America Ferrera grew up hearing stories about her great-grandfather Gregorio Ferrera, who was supposed to be some kind of a general. Armies love paperwork, and military service usually generates plenty of records. But in this case, we ended up turning to a completely different source to uncover Gregorio Ferrera’s dynamic life.
During her journey on Who Do You Think You Are? America learned that Gregorio Ferrera was indeed a general and a well-known revolutionary during the early 1900s up to his death in 1931. The nature of Honduran records made it difficult to gather details about Gregorio Ferrera’s life from traditional sources that are more readily available in other countries, such as vital records, censuses, and church records. However, historical newspapers proved to be an irreplaceable resource for piecing together the story of Gregorio Ferrera’s life as a revolutionary.
One unique article was a notice Gregorio published in a national newspaper acknowledging his intent to return from a time in exile in peace. He vowed to promote peace and brotherhood among his fellow Hondurans and to end his history of opposition and revolt. However, as America learned, it was not too long after this publication that Gregorio once again joined opposition forces into yet another revolution against the presidency. This time, however, it proved fatal. One of the last articles that America uncovered was a report detailing Gregorio’s death in a battle near San Pedro Sula on 27 June 1931.
These fascinating articles help illustrate the importance of incorporating newspapers into your family history research. Had we located a death record for Gregorio Ferrera, it may have simply listed his age, residence, and the date and place of his death. However, newspaper accounts offer a much more detailed story of how Gregorio died and the circumstances that led up to it. In other words, as genealogists like to say, newspapers can really add “flesh to the bones” of your family tree.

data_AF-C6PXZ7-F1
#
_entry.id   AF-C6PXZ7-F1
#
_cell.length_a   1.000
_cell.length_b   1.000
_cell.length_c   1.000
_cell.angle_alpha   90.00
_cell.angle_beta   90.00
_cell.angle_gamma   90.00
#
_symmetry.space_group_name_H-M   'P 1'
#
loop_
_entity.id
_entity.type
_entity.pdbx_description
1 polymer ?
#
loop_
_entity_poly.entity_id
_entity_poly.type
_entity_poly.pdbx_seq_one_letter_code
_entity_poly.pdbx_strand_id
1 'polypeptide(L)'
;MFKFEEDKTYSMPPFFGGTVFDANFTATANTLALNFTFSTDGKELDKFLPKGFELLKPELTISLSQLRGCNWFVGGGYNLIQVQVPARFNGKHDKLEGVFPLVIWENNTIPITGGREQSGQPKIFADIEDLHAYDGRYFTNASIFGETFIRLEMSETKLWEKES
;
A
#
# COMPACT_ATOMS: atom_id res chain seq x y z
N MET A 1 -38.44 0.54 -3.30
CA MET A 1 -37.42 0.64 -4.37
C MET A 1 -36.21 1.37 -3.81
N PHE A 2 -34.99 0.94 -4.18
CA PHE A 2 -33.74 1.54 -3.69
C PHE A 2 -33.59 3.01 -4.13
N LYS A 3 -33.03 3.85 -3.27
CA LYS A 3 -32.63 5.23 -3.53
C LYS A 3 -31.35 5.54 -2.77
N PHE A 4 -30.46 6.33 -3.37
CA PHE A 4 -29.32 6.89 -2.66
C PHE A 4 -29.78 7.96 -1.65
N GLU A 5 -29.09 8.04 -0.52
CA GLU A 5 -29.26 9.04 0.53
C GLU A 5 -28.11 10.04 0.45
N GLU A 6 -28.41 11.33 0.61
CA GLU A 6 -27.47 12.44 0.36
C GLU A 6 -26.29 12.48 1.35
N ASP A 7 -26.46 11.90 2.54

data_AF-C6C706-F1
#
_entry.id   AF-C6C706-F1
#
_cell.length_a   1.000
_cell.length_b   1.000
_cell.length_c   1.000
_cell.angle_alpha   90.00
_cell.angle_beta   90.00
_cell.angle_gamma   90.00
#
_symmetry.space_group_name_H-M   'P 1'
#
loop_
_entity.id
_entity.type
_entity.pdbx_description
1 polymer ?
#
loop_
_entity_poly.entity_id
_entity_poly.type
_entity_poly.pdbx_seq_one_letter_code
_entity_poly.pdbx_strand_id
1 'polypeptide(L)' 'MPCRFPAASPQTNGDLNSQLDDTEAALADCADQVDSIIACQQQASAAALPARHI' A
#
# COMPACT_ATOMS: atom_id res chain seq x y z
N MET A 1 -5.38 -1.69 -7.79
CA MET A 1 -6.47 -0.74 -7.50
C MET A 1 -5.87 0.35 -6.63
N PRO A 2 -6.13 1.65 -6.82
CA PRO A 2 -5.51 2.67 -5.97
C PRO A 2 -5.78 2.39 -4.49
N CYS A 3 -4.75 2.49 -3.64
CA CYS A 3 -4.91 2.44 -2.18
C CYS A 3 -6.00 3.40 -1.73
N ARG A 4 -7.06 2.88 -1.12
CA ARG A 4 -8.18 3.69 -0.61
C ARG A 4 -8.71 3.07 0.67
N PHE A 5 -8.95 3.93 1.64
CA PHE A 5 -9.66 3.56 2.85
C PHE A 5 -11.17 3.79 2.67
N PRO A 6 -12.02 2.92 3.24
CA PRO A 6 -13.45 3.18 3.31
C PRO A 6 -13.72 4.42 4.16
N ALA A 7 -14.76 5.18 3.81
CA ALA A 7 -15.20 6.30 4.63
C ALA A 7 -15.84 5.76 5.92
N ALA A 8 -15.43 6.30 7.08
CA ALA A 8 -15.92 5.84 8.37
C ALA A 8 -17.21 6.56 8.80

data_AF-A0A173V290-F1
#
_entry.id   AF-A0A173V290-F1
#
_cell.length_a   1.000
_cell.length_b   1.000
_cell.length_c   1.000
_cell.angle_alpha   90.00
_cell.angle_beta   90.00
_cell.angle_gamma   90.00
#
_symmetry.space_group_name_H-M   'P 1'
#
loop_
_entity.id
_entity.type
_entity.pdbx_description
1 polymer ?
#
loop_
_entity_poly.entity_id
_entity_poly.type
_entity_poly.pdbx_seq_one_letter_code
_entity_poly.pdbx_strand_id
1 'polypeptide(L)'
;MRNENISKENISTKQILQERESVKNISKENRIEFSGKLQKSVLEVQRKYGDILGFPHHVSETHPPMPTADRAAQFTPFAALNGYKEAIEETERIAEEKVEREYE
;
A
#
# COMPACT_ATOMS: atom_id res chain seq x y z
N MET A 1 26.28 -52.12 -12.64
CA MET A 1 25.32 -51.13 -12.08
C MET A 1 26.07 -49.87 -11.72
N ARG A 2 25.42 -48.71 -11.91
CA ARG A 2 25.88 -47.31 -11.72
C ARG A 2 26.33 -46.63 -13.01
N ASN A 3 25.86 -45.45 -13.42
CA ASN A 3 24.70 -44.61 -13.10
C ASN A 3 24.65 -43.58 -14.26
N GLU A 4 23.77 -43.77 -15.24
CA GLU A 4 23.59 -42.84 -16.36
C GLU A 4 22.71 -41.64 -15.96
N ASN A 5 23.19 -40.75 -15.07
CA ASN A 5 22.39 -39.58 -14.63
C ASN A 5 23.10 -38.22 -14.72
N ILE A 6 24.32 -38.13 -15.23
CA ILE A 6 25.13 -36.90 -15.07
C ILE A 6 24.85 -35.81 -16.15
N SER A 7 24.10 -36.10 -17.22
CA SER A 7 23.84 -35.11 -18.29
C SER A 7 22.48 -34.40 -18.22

When searching for newspapers, the first place to check is online. Various organizations are working to collect, preserve, and digitize historical newspapers. America found some newspaper articles online at Ancestry, but she also examined holdings at various Honduran archives. If newspapers for the places you’re looking for are not online, here are a few other places to check:
- Local public libraries
- Local genealogical and historical societies
- State archives and libraries
- University libraries and archives
While many newspapers have been microfilmed, you’ll often have to turn to archives that hold original copies.
The biggest challenge to using newspapers is the fact that unless they are digitized, there’ a good chance that they are not indexed or searchable. This means you have to page through the issues for a range of months or years. This can certainly be a time-consuming endeavor, but as seen from America Ferrera’s journey, that search can pay off. America learned a great deal more about her great-grandfather than she may have in any other way.
Tips from AncestryProGenealogists
Here are a couple of other tips to keep in mind when searching for newspapers:
- Cross-reference with multiple newspapers—If you find an article, say about a tragic death or community event, chances are good that other papers in the region, perhaps even state or national papers, may have covered the same event and provided different details.
- Check papers for multiple jurisdictions—Historically, small towns often had their own newspapers, but there may also have been a county-wide publication. Then, there was probably a state-wide and even a national paper that may have information about your ancestors or the communities they lived in. Make sure to check for papers covering each of these jurisdictions—especially town and county papers.
Learn more about America's journey or watch episode recaps from previous seasons on TLC.com. Watch more celebrities discover their family history on all-new episodes of Who Do You Think You Are? Sundays 10|9c on TLC.